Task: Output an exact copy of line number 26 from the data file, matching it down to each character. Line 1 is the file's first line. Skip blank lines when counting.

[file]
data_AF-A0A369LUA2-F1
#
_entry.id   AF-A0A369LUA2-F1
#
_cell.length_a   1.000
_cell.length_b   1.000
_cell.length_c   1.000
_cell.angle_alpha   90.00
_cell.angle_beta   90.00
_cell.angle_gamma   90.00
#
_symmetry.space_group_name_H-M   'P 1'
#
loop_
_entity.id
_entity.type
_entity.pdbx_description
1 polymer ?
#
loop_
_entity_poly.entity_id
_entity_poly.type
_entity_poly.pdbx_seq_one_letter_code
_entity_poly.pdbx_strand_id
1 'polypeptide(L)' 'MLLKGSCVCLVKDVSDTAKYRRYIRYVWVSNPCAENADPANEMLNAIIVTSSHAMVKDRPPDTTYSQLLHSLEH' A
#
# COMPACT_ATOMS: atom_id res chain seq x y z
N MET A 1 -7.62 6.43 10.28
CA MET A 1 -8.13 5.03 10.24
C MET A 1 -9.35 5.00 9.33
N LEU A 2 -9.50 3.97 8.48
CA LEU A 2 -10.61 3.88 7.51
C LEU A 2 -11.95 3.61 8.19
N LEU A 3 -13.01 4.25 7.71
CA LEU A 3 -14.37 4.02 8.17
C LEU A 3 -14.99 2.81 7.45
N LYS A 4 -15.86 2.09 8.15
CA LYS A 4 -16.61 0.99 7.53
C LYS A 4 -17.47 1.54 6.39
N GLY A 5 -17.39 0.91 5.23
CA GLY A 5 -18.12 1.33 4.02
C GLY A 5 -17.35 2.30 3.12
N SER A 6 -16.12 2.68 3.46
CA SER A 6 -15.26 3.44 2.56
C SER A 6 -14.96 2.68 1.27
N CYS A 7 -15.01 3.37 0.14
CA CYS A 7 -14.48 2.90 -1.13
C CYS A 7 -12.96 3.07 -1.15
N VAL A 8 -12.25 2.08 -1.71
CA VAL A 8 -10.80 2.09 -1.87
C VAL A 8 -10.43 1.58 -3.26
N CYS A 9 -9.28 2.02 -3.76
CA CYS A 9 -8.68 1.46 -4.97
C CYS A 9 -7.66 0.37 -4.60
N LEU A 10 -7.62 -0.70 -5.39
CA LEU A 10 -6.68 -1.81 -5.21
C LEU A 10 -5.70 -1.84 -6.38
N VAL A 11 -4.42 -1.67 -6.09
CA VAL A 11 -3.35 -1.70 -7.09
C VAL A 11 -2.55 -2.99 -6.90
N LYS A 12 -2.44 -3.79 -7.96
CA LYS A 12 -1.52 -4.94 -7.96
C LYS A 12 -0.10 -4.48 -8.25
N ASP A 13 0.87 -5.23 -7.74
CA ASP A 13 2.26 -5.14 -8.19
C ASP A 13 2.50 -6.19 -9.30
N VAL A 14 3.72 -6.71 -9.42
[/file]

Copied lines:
#